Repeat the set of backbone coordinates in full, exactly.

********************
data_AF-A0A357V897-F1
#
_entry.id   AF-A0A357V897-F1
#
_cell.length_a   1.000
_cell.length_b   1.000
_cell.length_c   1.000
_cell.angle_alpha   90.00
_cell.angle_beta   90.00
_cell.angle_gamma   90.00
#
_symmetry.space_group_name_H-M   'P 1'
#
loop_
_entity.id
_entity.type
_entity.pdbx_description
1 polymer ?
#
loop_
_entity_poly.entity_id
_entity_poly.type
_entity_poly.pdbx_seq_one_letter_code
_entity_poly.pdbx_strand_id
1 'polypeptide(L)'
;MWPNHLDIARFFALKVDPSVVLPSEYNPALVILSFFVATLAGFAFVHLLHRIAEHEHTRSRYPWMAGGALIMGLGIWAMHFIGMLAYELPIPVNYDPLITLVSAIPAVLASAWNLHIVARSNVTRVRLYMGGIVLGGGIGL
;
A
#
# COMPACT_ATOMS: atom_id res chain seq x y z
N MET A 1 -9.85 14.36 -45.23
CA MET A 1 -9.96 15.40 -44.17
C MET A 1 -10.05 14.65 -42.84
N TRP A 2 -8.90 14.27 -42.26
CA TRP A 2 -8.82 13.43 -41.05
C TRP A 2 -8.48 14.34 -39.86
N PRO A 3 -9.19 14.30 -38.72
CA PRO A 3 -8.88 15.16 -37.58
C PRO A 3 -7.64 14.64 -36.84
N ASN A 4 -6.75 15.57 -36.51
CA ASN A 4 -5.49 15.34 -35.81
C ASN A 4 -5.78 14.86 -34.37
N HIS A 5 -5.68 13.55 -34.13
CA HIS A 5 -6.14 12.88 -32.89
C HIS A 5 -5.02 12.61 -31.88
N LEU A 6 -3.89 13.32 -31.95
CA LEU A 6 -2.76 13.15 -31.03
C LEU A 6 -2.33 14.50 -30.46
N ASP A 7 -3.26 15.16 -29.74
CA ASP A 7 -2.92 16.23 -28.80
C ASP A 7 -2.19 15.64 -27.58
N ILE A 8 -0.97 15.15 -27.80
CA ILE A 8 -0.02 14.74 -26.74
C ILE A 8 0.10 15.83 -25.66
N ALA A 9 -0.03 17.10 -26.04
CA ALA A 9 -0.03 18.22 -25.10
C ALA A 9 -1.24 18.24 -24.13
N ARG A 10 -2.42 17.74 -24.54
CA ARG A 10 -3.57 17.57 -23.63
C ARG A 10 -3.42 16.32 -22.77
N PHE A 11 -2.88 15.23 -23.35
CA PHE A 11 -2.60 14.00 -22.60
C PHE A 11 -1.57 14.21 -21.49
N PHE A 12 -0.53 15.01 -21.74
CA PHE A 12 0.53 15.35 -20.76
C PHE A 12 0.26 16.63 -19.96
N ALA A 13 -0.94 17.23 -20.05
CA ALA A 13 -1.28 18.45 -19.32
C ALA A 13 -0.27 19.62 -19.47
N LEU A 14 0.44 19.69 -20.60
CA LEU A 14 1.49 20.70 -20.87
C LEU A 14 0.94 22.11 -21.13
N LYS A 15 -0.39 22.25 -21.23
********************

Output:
data_AF-A0A357V897-F1
#
_entry.id   AF-A0A357V897-F1
#
_cell.length_a   1.000
_cell.length_b   1.000
_cell.length_c   1.000
_cell.angle_alpha   90.00
_cell.angle_beta   90.00
_cell.angle_gamma   90.00
#
_symmetry.space_group_name_H-M   'P 1'
#
loop_
_entity.id
_entity.type
_entity.pdbx_description
1 polymer ?
#
loop_
_entity_poly.entity_id
_entity_poly.type
_entity_poly.pdbx_seq_one_letter_code
_entity_poly.pdbx_strand_id
1 'polypeptide(L)'
;MWPNHLDIARFFALKVDPSVVLPSEYNPALVILSFFVATLAGFAFVHLLHRIAEHEHTRSRYPWMAGGALIMGLGIWAMHFIGMLAYELPIPVNYDPLITLVSAIPAVLASAWNLHIVARSNVTRVRLYMGGIVLGGGIGL
;
A
#
# COMPACT_ATOMS: atom_id res chain seq x y z
N MET A 1 -9.85 14.36 -45.23
CA MET A 1 -9.96 15.40 -44.17
C MET A 1 -10.05 14.65 -42.84
N TRP A 2 -8.90 14.27 -42.26
CA TRP A 2 -8.82 13.43 -41.05
C TRP A 2 -8.48 14.34 -39.86
N PRO A 3 -9.19 14.30 -38.72
CA PRO A 3 -8.88 15.16 -37.58
C PRO A 3 -7.64 14.64 -36.84
N ASN A 4 -6.75 15.57 -36.51
CA ASN A 4 -5.49 15.34 -35.81
C ASN A 4 -5.78 14.86 -34.37
N HIS A 5 -5.68 13.55 -34.13
CA HIS A 5 -6.14 12.88 -32.89
C HIS A 5 -5.02 12.61 -31.88
N LEU A 6 -3.89 13.32 -31.95
CA LEU A 6 -2.76 13.15 -31.03
C LEU A 6 -2.33 14.50 -30.46
N ASP A 7 -3.26 15.16 -29.74
CA ASP A 7 -2.92 16.23 -28.80
C ASP A 7 -2.19 15.64 -27.58
N ILE A 8 -0.97 15.15 -27.80
CA ILE A 8 -0.02 14.74 -26.74
C ILE A 8 0.10 15.83 -25.66
N ALA A 9 -0.03 17.10 -26.04
CA ALA A 9 -0.03 18.22 -25.10
C ALA A 9 -1.24 18.24 -24.13
N ARG A 10 -2.42 17.74 -24.54
CA ARG A 10 -3.57 17.57 -23.63
C ARG A 10 -3.42 16.32 -22.77
N PHE A 11 -2.88 15.23 -23.35
CA PHE A 11 -2.60 14.00 -22.60
C PHE A 11 -1.57 14.21 -21.49
N PHE A 12 -0.53 15.01 -21.74
CA PHE A 12 0.53 15.35 -20.76
C PHE A 12 0.26 16.63 -19.96
N ALA A 13 -0.94 17.23 -20.05
CA ALA A 13 -1.28 18.45 -19.32
C ALA A 13 -0.27 19.62 -19.47
N LEU A 14 0.44 19.69 -20.60
CA LEU A 14 1.49 20.70 -20.87
C LEU A 14 0.94 22.11 -21.13
N LYS A 15 -0.39 22.25 -21.23